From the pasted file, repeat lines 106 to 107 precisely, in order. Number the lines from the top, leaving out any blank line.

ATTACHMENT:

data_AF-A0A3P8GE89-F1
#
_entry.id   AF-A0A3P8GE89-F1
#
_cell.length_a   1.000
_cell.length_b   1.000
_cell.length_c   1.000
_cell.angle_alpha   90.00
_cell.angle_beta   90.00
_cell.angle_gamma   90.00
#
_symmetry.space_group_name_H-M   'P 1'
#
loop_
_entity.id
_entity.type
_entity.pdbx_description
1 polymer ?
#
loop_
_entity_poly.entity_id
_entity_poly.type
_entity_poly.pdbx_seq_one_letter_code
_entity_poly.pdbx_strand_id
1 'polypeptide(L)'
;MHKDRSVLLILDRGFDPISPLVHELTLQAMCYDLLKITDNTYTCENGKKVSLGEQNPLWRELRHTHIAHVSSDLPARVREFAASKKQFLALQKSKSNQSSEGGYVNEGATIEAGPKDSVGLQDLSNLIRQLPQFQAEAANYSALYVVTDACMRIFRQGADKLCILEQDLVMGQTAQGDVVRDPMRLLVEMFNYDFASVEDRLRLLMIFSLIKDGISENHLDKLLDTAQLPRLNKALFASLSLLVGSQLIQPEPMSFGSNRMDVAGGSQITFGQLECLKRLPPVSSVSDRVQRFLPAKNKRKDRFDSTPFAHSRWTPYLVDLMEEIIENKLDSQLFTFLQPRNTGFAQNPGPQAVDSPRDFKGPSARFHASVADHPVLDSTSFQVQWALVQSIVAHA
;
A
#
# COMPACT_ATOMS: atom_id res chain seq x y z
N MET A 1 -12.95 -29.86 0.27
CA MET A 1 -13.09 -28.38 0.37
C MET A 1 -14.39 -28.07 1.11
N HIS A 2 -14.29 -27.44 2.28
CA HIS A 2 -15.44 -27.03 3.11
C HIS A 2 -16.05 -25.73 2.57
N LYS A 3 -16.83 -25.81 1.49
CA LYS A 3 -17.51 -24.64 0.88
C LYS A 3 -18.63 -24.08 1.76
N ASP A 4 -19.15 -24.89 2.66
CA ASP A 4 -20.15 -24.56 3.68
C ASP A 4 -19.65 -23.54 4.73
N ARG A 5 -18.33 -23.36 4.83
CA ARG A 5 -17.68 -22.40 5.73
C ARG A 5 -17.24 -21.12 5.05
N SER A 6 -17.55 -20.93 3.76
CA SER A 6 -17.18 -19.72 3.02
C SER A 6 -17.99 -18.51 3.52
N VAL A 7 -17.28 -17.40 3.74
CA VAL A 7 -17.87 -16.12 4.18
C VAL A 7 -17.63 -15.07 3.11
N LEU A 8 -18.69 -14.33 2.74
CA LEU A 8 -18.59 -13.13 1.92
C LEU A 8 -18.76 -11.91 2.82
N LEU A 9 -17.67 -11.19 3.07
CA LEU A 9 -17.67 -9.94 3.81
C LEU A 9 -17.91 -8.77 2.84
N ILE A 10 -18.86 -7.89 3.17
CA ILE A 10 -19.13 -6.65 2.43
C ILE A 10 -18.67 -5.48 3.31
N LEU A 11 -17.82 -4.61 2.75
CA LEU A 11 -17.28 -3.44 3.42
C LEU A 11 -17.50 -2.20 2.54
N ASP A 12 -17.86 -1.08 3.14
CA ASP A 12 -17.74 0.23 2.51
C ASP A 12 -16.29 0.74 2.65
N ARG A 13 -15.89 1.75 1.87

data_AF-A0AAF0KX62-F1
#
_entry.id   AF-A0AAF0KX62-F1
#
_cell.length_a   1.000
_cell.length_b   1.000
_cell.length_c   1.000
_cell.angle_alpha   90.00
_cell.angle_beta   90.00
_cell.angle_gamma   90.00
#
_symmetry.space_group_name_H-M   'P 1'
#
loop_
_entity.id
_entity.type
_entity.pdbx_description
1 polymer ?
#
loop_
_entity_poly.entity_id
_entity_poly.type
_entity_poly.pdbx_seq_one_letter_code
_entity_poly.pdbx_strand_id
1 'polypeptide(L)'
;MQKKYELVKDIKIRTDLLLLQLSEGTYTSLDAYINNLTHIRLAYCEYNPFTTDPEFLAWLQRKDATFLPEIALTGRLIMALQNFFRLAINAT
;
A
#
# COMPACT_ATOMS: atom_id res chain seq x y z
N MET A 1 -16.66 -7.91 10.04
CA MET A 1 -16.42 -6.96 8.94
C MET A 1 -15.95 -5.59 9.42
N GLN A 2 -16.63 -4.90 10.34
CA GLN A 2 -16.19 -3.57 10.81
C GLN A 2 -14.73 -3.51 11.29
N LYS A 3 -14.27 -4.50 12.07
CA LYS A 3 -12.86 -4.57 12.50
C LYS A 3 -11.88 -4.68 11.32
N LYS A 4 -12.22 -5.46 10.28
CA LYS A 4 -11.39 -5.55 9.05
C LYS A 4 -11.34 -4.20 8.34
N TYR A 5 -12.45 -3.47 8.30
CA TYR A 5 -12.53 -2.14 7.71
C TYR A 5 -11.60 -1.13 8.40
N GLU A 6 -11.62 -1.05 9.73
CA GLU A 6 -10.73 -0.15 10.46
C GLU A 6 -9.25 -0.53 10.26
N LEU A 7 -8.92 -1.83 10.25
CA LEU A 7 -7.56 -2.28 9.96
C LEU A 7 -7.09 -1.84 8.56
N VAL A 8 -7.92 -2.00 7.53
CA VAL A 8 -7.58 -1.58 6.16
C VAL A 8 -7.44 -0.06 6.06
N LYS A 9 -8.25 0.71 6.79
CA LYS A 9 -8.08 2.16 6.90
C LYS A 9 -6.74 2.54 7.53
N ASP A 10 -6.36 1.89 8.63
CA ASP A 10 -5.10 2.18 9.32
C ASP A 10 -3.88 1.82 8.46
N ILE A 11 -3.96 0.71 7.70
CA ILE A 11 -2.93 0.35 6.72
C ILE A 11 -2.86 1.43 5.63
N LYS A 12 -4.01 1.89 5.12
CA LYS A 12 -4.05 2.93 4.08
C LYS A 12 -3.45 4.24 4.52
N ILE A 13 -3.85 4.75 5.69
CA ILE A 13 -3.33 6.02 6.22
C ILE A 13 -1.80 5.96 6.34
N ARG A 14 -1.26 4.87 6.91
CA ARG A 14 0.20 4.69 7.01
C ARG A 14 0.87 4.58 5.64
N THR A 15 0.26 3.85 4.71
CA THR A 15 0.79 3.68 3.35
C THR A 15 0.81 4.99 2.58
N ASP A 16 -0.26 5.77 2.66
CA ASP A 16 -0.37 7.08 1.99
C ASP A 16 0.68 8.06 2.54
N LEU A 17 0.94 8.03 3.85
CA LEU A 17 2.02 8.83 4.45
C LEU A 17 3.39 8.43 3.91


C LYS A 3 -11.88 -4.68 11.32
N LYS A 4 -12.22 -5.46 10.28